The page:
Stupa/Chorten, Pagoda, Vihara are places to achieve peace. But I never thought that those places are graves. I found this, Symbolism of the Stupa/Chrten:

Buddhist Architecture

The perfect proportions of the Buddha’s body corresponds to the design of religious monuments. Its architecture developed from the pre-Buddhist Indian grave-mound. Under these mounds the saintly ascetic were buried; their bodies were seated on the ground and covered with earth. These dome-shaped graves, or tumuli, of the saints were regarded as holy places. And were destinations for pilgrimage for the devotional and places of practice for meditators.

The right side of figure shows stages: Void, Wind, Fire, Earth.

Does that mean all those monuments are explaining life (body and soul)?

The Buddha said this about the body of living being (quoting the 7th point at the bottom of page 131 of The Buddha and His Dhamma by Dr B. R. Ambedkar):

The body of a living being consists of the combination of four great elements, viz., earth, water, fire and air, and when this combination is resolved into the four component elements, dissolution ensues.


2 Answers 2


What is shown is A STUPA, usually housing the cremated remains or possessions that are considered sacred. In Sri Lanka we call it “The dagaba” (from Sanskrit dhatu- element, component, or relic + garbha - storehouse or repository). Dagaba is of pre-buddhistic era in origin, and is a deeply respected or admiration for symbol of the Buddhist creed. In the Sri Lankan version (the first pic. In the OP) it is covered with pure white lime plaster (It is not the ‘white’ achieved by mixing Rickette’ blue). As Buddhism was introduced in different regions, the basic architectural features of stupas were transformed into a variety of shapes reflecting the artistic expressions of those cultures. In Sri Lanka there are five shapes that are most prominent.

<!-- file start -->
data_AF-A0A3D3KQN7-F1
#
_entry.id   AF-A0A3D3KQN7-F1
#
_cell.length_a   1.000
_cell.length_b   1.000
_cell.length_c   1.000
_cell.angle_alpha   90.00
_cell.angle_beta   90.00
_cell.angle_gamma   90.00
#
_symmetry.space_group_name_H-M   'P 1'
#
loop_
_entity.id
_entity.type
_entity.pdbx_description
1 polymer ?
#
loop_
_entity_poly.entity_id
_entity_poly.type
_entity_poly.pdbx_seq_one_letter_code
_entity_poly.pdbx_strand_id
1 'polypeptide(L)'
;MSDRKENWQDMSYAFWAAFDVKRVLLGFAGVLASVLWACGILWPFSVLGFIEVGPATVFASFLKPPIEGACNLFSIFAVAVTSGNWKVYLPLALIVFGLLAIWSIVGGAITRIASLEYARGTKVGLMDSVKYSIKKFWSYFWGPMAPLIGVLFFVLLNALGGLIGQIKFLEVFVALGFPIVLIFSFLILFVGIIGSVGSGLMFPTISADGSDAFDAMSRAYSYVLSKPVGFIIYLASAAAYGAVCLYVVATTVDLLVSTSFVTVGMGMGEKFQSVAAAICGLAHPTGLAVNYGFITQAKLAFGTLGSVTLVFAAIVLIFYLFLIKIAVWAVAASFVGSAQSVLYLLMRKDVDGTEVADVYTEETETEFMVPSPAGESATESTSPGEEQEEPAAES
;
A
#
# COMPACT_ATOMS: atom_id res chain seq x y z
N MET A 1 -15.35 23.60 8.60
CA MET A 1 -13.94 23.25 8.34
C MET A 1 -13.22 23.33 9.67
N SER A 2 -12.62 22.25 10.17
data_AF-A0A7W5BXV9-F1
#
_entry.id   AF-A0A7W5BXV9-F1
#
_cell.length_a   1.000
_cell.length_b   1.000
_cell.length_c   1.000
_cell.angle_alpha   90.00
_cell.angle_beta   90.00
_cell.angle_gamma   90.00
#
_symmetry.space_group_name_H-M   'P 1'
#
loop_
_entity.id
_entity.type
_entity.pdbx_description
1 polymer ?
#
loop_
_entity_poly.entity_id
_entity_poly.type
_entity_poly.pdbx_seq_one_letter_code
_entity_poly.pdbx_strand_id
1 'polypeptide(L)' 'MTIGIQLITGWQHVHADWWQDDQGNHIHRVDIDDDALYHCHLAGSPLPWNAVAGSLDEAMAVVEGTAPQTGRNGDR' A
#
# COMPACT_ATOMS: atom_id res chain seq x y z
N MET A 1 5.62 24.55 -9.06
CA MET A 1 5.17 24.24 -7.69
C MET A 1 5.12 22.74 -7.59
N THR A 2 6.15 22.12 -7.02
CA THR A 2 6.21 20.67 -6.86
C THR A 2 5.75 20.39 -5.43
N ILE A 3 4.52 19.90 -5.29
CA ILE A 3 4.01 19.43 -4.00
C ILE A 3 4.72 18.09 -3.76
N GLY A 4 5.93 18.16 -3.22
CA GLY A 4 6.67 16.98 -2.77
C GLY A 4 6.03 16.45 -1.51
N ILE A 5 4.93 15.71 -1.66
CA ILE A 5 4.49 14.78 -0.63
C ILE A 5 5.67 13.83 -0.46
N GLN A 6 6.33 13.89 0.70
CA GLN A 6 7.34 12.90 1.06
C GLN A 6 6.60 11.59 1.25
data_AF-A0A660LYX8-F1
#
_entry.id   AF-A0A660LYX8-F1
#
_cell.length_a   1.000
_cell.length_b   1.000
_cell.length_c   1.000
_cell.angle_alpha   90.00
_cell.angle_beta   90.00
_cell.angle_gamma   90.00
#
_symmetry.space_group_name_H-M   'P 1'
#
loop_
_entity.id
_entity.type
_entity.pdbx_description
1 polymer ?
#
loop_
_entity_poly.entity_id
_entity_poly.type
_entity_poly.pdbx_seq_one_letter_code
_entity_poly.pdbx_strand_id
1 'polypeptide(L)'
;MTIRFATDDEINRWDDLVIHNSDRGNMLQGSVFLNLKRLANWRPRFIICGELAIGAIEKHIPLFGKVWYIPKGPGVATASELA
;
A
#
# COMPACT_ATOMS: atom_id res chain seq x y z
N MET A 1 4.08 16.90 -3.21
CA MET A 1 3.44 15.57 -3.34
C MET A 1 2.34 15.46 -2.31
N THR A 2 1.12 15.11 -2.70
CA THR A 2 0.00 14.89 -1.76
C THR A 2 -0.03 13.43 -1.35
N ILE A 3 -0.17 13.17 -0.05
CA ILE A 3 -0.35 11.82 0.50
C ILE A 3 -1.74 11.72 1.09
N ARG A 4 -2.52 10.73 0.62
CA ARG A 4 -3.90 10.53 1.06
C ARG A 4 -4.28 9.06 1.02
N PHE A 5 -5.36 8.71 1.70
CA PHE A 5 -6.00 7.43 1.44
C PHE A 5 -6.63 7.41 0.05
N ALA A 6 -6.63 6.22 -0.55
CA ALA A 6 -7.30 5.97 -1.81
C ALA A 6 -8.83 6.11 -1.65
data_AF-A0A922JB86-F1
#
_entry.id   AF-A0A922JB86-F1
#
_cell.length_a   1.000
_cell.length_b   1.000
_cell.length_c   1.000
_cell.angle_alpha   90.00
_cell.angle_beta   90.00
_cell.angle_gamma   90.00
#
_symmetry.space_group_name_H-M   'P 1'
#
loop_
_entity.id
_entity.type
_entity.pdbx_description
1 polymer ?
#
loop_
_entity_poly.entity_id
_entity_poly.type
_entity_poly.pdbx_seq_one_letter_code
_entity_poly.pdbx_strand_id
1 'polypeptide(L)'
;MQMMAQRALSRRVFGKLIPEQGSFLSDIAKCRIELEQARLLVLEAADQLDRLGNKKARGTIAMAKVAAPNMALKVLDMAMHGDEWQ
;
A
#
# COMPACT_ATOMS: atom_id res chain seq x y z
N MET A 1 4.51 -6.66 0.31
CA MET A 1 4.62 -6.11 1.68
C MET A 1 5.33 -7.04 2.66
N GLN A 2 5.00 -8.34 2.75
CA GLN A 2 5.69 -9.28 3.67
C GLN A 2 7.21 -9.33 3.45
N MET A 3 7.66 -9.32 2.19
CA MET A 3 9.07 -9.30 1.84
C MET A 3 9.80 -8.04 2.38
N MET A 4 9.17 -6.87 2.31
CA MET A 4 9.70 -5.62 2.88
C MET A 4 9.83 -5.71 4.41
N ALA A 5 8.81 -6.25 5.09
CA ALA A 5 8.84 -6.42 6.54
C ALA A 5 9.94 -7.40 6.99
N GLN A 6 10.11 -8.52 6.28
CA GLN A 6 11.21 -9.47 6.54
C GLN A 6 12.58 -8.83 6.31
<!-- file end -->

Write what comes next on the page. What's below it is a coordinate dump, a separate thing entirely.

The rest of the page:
Of all the Stupa / Dagaba of this world, the most revered Dagaba is the Ruwanweli-Saya, found in the Historic City of Anuradhapura, Sri Lanka. It is also known as Mahathupa, Swarnamali Chaitya, Suvarnamali Mahaceti (in Pali) and Rathnamali Dagaba. After The Buddha's Parinibbāna, His relics were enshrined and worshipped in stupas. This pinnacle for Buddhists all round the world, the Ruwanweli-Saya, contains the largest portion of relics from the pyre of the sacred body of the Buddha. According to the ancient chronicle Dhatuwamsa, one eighth of the whole-body-relics of the Buddha has been deposited in the Stupa making it one of the treasured places of worship for Buddhists.

There is a great power generated from this Stupa and it is visible to this date. The energy radiating from within it is linked up with those meditating around the Maha-thupa. There is a legend that says that at the time when the Dhamma that He preached cease to be heard, all relics of the world will come to the Maha-thupa and perform a coming together of the body-form. – a kind of ‘Yama Maha Pelahara’. BTW… ‘Yama Maha Pelahara’ – is a twin miracle, a power said to have been possessed by the Buddha to cause a stream of fire to issue from one part of His body and a stream of water from another at the same time, which is a power to issue such streams together from eyes, ears and nostrils.